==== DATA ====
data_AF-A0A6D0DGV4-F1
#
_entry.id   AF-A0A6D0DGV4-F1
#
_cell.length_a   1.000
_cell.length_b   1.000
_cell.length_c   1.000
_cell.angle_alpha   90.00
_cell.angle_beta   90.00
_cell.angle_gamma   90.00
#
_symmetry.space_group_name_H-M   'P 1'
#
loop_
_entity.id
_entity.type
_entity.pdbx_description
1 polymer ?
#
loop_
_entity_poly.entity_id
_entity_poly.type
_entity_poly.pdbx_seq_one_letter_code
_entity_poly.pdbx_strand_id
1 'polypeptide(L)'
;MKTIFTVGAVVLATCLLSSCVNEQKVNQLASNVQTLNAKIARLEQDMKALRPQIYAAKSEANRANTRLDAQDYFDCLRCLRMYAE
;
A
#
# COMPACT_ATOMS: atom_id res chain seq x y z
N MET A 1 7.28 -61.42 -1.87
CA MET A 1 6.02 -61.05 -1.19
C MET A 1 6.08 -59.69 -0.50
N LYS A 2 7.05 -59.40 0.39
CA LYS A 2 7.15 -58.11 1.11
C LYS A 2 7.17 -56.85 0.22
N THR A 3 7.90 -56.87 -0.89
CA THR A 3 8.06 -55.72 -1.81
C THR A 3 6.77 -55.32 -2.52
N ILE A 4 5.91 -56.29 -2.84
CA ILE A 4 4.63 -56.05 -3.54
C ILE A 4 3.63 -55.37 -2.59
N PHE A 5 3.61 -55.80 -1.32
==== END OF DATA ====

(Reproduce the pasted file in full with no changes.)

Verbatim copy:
data_AF-A0A6D0DGV4-F1
#
_entry.id   AF-A0A6D0DGV4-F1
#
_cell.length_a   1.000
_cell.length_b   1.000
_cell.length_c   1.000
_cell.angle_alpha   90.00
_cell.angle_beta   90.00
_cell.angle_gamma   90.00
#
_symmetry.space_group_name_H-M   'P 1'
#
loop_
_entity.id
_entity.type
_entity.pdbx_description
1 polymer ?
#
loop_
_entity_poly.entity_id
_entity_poly.type
_entity_poly.pdbx_seq_one_letter_code
_entity_poly.pdbx_strand_id
1 'polypeptide(L)'
;MKTIFTVGAVVLATCLLSSCVNEQKVNQLASNVQTLNAKIARLEQDMKALRPQIYAAKSEANRANTRLDAQDYFDCLRCLRMYAE
;
A
#
# COMPACT_ATOMS: atom_id res chain seq x y z
N MET A 1 7.28 -61.42 -1.87
CA MET A 1 6.02 -61.05 -1.19
C MET A 1 6.08 -59.69 -0.50
N LYS A 2 7.05 -59.40 0.39
CA LYS A 2 7.15 -58.11 1.11
C LYS A 2 7.17 -56.85 0.22
N THR A 3 7.90 -56.87 -0.89
CA THR A 3 8.06 -55.72 -1.81
C THR A 3 6.77 -55.32 -2.52
N ILE A 4 5.91 -56.29 -2.84
CA ILE A 4 4.63 -56.05 -3.54
C ILE A 4 3.63 -55.37 -2.59
N PHE A 5 3.61 -55.80 -1.32